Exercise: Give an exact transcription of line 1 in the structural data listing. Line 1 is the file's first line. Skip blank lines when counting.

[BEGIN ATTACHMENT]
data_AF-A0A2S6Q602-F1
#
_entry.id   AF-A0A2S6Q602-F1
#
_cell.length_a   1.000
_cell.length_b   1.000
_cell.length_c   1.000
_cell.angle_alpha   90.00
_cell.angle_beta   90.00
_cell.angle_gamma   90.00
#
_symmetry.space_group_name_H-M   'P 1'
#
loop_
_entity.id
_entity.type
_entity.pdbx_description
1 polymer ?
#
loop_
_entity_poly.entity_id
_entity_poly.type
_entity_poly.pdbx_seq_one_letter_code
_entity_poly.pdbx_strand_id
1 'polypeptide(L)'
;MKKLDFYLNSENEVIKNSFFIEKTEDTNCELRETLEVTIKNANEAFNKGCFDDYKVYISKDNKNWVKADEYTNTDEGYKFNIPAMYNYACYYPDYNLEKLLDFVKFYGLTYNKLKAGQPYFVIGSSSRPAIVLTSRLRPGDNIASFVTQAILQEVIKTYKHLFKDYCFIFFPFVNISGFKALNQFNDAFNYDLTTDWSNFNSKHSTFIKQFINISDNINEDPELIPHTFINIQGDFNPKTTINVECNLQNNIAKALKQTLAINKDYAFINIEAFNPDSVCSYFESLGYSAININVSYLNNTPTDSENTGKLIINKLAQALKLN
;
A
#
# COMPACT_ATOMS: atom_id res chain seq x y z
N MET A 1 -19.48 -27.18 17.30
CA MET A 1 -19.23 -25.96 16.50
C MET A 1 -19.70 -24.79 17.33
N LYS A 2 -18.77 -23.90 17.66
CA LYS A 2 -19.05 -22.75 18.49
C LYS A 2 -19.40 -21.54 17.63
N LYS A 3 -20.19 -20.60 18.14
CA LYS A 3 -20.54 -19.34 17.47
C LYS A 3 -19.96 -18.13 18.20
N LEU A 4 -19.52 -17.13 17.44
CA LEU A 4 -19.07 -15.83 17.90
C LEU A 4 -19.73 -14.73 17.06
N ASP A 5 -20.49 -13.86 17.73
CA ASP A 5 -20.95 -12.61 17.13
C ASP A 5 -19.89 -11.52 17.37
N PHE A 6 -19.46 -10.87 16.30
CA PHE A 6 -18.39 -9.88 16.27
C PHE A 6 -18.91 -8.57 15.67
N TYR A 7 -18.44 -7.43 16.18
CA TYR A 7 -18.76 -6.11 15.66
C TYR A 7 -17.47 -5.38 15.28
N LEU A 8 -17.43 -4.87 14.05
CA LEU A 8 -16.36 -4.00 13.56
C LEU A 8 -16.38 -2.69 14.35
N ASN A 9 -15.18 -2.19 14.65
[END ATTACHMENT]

data_AF-A0A2S6Q602-F1